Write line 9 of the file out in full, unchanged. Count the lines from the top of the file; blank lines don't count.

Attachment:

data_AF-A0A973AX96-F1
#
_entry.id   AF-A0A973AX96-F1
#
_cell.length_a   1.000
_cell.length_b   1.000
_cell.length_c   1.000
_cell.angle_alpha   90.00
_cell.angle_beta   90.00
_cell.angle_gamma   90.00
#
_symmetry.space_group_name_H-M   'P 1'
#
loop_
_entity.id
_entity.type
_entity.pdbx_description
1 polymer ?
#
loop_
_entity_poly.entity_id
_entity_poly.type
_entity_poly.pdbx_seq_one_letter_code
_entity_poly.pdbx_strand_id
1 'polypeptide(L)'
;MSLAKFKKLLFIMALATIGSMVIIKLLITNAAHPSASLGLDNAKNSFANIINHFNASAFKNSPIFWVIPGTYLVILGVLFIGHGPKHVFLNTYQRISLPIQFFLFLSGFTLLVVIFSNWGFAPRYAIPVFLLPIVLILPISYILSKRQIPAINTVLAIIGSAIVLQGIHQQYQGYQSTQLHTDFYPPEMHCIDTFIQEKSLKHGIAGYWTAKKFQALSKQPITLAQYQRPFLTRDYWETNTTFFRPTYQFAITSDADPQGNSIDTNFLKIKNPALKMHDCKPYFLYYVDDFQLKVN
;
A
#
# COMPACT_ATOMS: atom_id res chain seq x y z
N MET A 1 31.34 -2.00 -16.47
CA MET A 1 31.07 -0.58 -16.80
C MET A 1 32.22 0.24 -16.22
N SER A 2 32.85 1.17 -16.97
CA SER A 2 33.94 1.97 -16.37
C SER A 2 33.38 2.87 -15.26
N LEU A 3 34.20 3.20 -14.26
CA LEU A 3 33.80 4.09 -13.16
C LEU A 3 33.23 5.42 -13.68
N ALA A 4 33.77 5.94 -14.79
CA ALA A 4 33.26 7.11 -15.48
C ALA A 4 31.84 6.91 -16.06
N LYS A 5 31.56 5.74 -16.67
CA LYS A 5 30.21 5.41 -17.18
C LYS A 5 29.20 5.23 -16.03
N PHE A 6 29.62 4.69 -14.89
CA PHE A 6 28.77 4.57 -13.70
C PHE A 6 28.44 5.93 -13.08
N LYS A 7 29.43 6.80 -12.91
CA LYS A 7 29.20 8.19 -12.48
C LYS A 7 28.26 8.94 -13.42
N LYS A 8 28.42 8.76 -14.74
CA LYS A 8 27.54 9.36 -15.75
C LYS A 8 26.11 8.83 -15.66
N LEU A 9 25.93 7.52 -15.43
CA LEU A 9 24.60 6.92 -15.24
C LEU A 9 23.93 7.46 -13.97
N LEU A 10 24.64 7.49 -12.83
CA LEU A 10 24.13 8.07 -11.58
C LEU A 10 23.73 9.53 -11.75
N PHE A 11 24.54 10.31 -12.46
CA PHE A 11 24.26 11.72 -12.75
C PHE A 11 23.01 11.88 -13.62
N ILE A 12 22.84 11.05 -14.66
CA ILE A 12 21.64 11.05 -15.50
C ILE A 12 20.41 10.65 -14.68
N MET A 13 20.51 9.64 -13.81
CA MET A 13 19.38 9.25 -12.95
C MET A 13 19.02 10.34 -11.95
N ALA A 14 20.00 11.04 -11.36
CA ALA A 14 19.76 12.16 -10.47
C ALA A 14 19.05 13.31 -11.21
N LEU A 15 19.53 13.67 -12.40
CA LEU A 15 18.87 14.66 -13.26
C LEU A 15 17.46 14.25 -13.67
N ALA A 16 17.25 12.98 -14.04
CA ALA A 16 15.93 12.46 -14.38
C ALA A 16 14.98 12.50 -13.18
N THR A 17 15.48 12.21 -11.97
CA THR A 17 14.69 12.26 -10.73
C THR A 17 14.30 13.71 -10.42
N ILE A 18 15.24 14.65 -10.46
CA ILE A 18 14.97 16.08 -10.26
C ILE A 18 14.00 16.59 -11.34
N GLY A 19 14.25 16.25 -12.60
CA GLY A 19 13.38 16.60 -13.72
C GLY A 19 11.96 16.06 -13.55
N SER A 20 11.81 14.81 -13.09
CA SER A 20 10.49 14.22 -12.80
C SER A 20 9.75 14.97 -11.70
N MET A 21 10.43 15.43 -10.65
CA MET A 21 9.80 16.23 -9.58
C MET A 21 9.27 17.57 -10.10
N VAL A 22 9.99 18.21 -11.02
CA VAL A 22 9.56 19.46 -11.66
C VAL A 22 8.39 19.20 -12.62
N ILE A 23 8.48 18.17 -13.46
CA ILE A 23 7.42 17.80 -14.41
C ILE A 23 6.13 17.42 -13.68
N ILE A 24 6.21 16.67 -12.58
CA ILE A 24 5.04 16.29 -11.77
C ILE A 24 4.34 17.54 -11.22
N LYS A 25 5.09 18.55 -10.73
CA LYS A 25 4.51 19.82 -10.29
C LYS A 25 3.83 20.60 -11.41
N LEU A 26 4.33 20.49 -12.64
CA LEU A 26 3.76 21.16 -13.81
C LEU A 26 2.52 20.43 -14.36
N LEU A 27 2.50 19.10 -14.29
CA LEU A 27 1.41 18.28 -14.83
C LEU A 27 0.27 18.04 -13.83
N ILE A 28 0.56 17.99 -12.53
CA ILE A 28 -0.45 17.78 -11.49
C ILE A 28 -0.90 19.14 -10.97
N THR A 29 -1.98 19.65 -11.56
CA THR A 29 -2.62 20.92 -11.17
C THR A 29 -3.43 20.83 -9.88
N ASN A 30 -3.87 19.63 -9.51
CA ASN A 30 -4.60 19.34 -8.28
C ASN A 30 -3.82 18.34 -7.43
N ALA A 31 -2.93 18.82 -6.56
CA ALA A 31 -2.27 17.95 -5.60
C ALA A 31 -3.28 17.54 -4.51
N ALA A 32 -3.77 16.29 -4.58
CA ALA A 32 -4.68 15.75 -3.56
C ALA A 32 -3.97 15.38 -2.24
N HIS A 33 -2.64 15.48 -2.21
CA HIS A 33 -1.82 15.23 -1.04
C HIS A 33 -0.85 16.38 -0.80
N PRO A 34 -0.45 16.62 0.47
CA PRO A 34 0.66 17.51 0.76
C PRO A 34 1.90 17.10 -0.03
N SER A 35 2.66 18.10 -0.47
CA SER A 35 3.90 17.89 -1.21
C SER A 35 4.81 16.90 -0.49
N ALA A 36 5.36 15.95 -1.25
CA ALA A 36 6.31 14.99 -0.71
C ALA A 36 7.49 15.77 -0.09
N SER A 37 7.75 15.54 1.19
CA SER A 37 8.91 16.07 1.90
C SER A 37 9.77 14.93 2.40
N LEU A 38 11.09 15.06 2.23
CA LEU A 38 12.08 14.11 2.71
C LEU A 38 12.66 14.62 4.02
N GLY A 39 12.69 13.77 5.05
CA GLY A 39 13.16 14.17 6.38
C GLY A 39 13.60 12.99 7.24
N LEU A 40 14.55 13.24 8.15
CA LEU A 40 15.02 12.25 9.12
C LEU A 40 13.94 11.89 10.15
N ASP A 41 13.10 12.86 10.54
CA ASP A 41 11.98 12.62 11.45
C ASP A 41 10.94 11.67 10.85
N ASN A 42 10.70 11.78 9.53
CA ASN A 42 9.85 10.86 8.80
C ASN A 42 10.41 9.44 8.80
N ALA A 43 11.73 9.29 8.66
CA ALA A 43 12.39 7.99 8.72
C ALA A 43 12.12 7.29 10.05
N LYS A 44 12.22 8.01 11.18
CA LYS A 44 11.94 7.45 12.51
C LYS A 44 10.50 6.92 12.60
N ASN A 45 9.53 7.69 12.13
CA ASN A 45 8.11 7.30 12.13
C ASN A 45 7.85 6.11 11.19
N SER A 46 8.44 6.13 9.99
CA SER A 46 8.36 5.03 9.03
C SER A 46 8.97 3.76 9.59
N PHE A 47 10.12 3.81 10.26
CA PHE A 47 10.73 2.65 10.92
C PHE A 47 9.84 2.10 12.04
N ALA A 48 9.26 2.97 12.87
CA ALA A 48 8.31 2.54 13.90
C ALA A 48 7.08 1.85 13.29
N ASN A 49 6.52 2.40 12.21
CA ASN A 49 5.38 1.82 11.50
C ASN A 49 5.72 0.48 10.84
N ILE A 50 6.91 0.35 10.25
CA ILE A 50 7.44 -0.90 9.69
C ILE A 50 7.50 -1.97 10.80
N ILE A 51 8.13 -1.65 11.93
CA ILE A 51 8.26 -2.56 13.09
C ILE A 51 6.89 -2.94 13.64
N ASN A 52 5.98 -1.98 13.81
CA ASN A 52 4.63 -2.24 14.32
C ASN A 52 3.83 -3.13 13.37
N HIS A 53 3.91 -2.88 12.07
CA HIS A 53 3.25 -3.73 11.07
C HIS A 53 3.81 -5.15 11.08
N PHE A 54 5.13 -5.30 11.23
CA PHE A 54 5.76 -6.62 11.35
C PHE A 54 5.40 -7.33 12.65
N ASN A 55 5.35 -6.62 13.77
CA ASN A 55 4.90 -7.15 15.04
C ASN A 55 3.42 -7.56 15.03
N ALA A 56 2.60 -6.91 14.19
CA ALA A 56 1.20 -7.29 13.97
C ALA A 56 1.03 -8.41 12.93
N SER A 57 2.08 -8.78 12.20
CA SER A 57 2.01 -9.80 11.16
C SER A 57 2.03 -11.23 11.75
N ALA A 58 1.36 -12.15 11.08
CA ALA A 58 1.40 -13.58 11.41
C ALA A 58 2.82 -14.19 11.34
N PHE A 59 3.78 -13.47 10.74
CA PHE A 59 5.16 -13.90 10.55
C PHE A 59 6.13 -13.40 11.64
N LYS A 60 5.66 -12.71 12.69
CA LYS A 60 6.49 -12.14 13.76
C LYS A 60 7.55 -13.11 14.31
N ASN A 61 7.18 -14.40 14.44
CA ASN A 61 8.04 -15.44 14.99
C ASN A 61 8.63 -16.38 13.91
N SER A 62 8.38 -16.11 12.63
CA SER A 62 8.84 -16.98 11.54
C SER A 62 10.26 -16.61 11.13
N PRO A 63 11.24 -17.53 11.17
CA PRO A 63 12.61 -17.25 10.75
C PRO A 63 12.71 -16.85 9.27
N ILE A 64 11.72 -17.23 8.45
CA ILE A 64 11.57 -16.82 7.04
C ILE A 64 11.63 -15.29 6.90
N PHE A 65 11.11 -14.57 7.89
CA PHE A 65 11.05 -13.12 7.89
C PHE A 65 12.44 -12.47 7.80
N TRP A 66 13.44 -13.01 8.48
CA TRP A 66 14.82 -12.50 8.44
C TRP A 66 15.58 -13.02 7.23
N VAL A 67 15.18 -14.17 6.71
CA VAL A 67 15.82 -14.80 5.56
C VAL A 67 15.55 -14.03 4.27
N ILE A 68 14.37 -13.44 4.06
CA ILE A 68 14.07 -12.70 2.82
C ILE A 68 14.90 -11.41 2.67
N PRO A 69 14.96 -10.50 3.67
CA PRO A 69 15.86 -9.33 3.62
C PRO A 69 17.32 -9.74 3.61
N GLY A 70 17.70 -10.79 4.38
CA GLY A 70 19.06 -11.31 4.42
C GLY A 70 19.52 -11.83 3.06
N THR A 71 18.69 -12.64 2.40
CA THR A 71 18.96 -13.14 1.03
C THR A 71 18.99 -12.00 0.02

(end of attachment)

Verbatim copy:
_cell.angle_beta   90.00